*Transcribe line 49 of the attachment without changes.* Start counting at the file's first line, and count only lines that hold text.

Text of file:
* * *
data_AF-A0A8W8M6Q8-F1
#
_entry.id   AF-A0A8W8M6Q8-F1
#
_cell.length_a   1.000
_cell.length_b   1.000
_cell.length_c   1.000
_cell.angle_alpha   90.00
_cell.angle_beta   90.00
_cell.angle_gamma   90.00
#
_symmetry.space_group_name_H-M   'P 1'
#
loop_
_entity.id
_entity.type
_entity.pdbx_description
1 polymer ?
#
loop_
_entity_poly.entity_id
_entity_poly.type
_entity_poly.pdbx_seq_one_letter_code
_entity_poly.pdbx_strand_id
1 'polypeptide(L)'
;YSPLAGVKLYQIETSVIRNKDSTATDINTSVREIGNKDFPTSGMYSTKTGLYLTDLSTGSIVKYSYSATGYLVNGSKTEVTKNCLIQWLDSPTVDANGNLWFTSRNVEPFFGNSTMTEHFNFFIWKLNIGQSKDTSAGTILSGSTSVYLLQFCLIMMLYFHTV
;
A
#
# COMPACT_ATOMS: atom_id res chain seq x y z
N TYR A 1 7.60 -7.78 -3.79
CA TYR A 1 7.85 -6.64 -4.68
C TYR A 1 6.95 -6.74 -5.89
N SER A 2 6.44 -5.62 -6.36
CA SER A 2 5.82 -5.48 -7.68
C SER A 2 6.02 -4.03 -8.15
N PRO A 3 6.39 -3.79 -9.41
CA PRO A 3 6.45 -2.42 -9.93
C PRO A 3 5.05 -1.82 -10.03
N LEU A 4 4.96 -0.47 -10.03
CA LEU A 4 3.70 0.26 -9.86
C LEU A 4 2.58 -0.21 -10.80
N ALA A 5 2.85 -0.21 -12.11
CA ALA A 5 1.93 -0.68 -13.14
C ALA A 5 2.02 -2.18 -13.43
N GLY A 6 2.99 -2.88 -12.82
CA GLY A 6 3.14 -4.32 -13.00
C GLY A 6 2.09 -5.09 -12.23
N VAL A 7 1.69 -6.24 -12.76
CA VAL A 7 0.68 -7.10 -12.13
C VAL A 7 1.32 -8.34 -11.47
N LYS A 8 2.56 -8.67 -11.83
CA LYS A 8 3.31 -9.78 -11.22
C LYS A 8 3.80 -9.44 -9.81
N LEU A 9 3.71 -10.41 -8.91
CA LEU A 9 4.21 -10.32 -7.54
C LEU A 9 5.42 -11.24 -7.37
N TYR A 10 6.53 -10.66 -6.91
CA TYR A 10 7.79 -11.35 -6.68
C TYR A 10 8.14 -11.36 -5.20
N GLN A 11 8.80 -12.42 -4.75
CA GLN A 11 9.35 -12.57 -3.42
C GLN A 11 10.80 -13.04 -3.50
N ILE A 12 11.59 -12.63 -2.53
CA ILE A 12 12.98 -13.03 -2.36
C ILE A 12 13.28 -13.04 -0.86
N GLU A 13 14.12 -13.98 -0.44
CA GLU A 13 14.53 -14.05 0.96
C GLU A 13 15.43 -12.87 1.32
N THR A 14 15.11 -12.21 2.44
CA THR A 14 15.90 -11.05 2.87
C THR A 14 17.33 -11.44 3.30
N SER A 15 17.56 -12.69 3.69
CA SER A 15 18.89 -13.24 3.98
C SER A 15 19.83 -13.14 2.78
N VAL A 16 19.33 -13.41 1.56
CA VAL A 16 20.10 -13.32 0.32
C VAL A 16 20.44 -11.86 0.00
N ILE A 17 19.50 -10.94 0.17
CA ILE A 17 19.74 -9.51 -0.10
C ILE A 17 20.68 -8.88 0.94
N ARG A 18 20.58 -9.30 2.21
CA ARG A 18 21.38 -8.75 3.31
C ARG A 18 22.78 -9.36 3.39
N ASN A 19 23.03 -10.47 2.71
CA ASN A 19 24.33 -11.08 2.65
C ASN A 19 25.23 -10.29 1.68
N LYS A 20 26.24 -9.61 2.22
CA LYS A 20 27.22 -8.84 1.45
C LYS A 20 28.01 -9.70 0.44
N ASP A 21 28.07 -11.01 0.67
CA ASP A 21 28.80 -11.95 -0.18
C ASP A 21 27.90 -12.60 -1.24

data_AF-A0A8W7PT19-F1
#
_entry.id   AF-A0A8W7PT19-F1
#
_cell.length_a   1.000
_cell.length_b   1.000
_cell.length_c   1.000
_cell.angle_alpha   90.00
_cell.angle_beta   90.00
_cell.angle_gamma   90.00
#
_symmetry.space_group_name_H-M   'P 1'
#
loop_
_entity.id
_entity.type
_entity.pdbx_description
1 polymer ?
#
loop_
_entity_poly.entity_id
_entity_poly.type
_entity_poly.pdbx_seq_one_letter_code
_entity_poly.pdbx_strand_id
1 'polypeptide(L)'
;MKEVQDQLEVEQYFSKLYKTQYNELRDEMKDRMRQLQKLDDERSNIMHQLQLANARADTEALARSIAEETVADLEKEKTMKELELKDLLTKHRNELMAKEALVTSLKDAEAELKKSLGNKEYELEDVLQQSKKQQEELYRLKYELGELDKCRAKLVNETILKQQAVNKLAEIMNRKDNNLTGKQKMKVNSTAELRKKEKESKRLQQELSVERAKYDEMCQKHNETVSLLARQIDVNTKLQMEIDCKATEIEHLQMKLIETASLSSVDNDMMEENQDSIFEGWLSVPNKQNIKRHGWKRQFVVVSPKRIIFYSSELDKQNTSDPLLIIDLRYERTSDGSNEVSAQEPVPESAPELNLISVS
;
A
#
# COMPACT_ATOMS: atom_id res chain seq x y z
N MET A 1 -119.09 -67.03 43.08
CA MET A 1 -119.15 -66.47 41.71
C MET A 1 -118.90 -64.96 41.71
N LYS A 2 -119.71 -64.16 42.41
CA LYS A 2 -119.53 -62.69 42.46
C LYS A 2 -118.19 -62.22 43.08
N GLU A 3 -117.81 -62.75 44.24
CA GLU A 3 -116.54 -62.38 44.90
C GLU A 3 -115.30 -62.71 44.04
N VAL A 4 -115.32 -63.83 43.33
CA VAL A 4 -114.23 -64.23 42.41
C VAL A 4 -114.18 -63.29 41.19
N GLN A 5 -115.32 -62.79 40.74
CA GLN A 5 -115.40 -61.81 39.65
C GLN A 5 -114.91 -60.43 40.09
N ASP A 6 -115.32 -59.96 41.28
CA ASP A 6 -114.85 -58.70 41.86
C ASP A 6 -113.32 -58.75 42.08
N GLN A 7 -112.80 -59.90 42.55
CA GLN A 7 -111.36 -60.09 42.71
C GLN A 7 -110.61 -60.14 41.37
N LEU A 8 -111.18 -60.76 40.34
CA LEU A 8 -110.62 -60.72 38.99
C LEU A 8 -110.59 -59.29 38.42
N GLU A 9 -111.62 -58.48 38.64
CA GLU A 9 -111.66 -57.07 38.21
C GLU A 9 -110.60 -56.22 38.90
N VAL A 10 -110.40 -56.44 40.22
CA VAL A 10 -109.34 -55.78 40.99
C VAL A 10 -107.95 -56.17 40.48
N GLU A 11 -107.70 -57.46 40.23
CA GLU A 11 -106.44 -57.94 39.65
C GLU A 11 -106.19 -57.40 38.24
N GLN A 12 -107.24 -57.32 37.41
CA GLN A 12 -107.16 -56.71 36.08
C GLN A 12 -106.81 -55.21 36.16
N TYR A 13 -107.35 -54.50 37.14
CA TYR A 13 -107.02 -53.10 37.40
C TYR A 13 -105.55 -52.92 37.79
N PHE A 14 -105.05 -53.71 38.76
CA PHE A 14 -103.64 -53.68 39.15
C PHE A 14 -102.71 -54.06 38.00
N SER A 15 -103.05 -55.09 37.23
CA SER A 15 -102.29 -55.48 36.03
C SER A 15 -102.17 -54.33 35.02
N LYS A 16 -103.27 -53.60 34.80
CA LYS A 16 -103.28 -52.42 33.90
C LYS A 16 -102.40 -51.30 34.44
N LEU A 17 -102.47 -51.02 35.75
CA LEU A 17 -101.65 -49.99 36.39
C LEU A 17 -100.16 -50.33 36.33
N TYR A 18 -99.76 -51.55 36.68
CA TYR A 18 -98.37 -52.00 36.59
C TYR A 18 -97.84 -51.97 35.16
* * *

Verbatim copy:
N VAL A 7 1.69 -6.24 -12.76